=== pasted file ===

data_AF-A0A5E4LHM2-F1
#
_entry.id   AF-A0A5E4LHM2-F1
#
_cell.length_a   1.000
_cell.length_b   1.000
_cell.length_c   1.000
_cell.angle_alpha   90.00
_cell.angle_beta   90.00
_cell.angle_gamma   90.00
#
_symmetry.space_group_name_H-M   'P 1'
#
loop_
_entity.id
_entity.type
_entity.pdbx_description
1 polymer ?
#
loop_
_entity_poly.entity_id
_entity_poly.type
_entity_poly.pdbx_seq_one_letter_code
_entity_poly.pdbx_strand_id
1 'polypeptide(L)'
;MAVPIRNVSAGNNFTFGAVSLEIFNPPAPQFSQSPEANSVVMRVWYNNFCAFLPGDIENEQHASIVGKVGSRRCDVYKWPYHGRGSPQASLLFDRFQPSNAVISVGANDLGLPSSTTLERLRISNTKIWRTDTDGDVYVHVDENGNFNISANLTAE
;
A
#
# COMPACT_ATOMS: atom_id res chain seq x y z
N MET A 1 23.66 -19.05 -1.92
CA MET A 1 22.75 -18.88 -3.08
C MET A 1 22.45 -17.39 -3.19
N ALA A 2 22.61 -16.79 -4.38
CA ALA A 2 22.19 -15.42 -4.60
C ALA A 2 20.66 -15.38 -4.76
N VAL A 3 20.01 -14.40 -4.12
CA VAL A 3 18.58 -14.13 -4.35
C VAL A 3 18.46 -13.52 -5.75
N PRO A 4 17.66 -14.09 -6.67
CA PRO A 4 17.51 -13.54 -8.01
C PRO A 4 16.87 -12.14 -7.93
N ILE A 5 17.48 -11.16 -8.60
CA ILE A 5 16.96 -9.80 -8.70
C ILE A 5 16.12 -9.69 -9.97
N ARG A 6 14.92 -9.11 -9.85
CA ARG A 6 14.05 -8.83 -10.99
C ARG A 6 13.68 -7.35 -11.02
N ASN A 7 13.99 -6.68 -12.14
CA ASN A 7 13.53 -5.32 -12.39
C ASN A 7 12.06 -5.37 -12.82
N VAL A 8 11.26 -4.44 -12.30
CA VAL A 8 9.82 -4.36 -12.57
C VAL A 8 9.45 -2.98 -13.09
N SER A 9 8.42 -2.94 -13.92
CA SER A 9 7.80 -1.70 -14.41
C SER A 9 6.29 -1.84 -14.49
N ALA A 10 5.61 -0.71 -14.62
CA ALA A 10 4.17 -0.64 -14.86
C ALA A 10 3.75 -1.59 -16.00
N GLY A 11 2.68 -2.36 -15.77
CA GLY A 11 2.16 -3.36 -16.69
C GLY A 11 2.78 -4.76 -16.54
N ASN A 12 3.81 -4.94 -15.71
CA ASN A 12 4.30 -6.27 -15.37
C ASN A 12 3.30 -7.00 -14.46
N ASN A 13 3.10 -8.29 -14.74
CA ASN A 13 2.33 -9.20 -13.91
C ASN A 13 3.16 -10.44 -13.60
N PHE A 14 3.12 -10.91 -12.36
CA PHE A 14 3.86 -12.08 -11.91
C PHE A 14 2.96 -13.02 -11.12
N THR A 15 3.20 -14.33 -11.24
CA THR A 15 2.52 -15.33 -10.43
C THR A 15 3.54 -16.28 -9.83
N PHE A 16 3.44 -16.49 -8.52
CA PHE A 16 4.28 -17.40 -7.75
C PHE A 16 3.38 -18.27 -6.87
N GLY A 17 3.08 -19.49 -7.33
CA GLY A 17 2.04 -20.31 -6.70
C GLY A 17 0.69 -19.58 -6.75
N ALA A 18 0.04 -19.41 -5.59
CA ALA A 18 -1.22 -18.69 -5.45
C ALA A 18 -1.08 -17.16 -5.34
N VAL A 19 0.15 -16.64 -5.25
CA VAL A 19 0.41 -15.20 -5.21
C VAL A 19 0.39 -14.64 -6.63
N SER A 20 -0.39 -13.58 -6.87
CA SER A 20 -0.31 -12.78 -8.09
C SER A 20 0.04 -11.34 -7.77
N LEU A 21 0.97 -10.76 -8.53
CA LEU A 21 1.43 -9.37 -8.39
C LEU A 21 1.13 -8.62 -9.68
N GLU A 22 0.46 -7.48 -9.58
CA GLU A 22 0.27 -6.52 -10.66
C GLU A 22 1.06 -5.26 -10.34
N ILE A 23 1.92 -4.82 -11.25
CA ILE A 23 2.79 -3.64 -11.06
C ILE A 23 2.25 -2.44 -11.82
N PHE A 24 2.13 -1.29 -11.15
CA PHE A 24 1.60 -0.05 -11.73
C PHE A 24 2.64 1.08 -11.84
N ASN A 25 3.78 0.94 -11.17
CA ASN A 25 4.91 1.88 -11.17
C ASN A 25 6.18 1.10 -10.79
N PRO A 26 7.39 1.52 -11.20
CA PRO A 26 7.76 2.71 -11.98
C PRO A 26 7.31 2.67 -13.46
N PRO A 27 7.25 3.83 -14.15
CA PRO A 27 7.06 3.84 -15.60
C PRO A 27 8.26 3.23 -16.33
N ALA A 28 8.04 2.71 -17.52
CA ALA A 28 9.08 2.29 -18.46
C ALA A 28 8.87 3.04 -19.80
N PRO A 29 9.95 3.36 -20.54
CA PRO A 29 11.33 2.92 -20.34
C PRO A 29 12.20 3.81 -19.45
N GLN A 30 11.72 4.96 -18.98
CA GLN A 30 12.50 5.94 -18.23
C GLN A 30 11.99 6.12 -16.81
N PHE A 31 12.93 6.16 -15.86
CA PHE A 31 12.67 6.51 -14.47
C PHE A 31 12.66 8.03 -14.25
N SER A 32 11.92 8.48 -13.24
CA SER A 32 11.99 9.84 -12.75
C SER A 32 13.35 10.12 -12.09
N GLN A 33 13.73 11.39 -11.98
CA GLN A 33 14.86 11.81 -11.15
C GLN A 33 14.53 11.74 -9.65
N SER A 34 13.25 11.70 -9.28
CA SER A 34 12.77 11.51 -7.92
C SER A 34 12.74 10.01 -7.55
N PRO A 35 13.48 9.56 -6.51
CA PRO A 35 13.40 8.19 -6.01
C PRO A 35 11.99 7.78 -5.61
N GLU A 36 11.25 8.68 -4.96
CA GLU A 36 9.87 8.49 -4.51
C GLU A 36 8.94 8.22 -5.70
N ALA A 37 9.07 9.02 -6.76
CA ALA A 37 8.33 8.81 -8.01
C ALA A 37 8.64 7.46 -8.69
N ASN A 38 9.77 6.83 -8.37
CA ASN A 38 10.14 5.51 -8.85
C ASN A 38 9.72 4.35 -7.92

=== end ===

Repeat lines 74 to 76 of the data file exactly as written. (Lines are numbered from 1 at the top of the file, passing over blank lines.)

CA THR A 15 2.52 -15.33 -10.43
C THR A 15 3.54 -16.28 -9.83
N PHE A 16 3.44 -16.49 -8.52